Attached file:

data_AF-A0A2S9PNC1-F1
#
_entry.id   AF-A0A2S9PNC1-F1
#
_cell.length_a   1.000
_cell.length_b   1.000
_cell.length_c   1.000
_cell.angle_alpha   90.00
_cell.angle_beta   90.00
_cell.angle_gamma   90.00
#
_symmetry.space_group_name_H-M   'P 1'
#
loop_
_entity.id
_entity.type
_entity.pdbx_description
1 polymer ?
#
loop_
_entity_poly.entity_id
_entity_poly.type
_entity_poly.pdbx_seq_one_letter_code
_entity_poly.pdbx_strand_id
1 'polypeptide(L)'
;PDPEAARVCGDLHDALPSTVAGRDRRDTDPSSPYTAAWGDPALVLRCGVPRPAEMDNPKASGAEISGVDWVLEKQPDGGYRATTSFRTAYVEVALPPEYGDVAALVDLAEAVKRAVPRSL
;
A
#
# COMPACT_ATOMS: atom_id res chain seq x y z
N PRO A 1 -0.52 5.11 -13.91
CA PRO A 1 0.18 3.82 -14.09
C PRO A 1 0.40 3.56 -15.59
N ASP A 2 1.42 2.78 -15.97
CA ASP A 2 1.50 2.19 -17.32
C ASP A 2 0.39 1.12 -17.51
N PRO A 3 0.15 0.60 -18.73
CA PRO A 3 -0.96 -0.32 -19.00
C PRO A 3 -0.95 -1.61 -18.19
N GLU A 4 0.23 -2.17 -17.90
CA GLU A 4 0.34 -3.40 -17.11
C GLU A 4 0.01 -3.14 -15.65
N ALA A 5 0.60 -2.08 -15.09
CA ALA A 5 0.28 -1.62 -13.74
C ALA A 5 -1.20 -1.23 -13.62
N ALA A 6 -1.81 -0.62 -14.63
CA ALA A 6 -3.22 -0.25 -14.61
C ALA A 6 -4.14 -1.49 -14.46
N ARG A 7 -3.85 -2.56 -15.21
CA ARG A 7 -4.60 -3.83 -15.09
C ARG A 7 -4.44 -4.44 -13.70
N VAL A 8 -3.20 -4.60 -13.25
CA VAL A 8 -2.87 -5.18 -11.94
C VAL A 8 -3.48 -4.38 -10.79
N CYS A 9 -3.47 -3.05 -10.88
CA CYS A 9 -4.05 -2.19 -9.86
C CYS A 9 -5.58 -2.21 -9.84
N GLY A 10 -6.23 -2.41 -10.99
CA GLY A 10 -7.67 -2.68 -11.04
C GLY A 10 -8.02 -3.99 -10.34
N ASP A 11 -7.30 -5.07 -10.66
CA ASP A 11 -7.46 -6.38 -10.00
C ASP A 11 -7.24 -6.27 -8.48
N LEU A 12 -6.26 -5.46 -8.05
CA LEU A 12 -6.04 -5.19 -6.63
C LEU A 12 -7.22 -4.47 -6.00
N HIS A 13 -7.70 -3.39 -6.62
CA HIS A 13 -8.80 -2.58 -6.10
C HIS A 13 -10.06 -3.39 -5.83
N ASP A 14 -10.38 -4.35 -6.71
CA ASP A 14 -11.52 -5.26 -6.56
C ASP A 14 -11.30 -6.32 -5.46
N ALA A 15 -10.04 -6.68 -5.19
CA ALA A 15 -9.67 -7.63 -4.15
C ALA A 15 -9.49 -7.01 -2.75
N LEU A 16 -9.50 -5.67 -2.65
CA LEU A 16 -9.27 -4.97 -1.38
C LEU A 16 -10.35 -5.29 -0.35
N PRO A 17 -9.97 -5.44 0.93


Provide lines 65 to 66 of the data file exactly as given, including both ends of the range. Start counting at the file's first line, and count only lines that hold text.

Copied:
CA LEU A 12 -6.04 -5.19 -6.63
C LEU A 12 -7.22 -4.47 -6.00